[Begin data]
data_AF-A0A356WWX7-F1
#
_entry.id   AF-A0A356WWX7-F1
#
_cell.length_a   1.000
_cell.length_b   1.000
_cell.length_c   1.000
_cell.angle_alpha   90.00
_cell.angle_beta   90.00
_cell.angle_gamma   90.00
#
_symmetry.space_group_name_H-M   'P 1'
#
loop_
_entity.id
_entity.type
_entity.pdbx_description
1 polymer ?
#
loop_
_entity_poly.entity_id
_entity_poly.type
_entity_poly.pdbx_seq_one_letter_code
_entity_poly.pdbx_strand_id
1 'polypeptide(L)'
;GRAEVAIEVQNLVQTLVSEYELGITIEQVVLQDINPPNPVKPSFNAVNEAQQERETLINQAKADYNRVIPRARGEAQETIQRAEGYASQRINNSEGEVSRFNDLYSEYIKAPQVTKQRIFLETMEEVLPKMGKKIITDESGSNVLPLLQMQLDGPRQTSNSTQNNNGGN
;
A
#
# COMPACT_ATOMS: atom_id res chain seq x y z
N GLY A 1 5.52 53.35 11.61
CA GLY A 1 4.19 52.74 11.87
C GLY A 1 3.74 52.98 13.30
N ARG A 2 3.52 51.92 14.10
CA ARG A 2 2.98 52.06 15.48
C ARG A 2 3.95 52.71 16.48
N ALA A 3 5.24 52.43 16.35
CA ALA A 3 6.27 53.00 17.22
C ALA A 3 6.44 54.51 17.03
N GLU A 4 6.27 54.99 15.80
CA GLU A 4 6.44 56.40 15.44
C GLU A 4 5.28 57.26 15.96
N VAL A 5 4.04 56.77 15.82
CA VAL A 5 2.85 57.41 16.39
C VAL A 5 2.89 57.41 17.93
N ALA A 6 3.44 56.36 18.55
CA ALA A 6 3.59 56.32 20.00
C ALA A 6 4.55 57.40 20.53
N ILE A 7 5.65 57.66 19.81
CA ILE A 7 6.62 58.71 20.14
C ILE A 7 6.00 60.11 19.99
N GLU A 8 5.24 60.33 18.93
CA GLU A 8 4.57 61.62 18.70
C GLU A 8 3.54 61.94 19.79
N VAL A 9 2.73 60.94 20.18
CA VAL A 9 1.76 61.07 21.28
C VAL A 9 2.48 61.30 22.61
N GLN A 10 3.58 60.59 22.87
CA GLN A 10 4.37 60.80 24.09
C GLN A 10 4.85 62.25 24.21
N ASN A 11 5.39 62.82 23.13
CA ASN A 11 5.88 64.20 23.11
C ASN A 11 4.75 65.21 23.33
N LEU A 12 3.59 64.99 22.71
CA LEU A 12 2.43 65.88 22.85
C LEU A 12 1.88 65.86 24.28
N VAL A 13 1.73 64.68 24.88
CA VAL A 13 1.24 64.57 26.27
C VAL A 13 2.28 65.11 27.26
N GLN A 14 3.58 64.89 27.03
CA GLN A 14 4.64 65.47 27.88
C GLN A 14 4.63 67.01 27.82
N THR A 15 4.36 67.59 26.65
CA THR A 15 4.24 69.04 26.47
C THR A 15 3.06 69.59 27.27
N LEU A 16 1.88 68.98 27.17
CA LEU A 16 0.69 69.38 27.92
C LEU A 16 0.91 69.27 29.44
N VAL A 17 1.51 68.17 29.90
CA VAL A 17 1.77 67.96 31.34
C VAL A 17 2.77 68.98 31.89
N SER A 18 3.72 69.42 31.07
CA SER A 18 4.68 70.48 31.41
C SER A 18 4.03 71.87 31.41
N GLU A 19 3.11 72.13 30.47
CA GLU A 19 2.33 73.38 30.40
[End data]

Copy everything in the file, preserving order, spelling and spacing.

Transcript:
data_AF-A0A356WWX7-F1
#
_entry.id   AF-A0A356WWX7-F1
#
_cell.length_a   1.000
_cell.length_b   1.000
_cell.length_c   1.000
_cell.angle_alpha   90.00
_cell.angle_beta   90.00
_cell.angle_gamma   90.00
#
_symmetry.space_group_name_H-M   'P 1'
#
loop_
_entity.id
_entity.type
_entity.pdbx_description
1 polymer ?
#
loop_
_entity_poly.entity_id
_entity_poly.type
_entity_poly.pdbx_seq_one_letter_code
_entity_poly.pdbx_strand_id
1 'polypeptide(L)'
;GRAEVAIEVQNLVQTLVSEYELGITIEQVVLQDINPPNPVKPSFNAVNEAQQERETLINQAKADYNRVIPRARGEAQETIQRAEGYASQRINNSEGEVSRFNDLYSEYIKAPQVTKQRIFLETMEEVLPKMGKKIITDESGSNVLPLLQMQLDGPRQTSNSTQNNNGGN
;
A
#
# COMPACT_ATOMS: atom_id res chain seq x y z
N GLY A 1 5.52 53.35 11.61
CA GLY A 1 4.19 52.74 11.87
C GLY A 1 3.74 52.98 13.30
N ARG A 2 3.52 51.92 14.10
CA ARG A 2 2.98 52.06 15.48
C ARG A 2 3.95 52.71 16.48
N ALA A 3 5.24 52.43 16.35
CA ALA A 3 6.27 53.00 17.22
C ALA A 3 6.44 54.51 17.03
N GLU A 4 6.27 54.99 15.80
CA GLU A 4 6.44 56.40 15.44
C GLU A 4 5.28 57.26 15.96
N VAL A 5 4.04 56.77 15.82
CA VAL A 5 2.85 57.41 16.39
C VAL A 5 2.89 57.41 17.93
N ALA A 6 3.44 56.36 18.55
CA ALA A 6 3.59 56.32 20.00
C ALA A 6 4.55 57.40 20.53
N ILE A 7 5.65 57.66 19.81
CA ILE A 7 6.62 58.71 20.14
C ILE A 7 6.00 60.11 19.99
N GLU A 8 5.24 60.33 18.93
CA GLU A 8 4.57 61.62 18.70
C GLU A 8 3.54 61.94 19.79
N VAL A 9 2.73 60.94 20.18
CA VAL A 9 1.76 61.07 21.28
C VAL A 9 2.48 61.30 22.61
N GLN A 10 3.58 60.59 22.87
CA GLN A 10 4.37 60.80 24.09
C GLN A 10 4.85 62.25 24.21
N ASN A 11 5.39 62.82 23.13
CA ASN A 11 5.88 64.20 23.11
C ASN A 11 4.75 65.21 23.33
N LEU A 12 3.59 64.99 22.71
CA LEU A 12 2.43 65.88 22.85
C LEU A 12 1.88 65.86 24.28
N VAL A 13 1.73 64.68 24.88
CA VAL A 13 1.24 64.57 26.27
C VAL A 13 2.28 65.11 27.26
N GLN A 14 3.58 64.89 27.03
CA GLN A 14 4.64 65.47 27.88
C GLN A 14 4.63 67.01 27.82
N THR A 15 4.36 67.59 26.65
CA THR A 15 4.24 69.04 26.47
C THR A 15 3.06 69.59 27.27
N LEU A 16 1.88 68.98 27.17
CA LEU A 16 0.69 69.38 27.92
C LEU A 16 0.91 69.27 29.44
N VAL A 17 1.51 68.17 29.90
CA VAL A 17 1.77 67.96 31.34
C VAL A 17 2.77 68.98 31.89
N SER A 18 3.72 69.42 31.07
CA SER A 18 4.68 70.48 31.41
C SER A 18 4.03 71.87 31.41
N GLU A 19 3.11 72.13 30.47
CA GLU A 19 2.33 73.38 30.40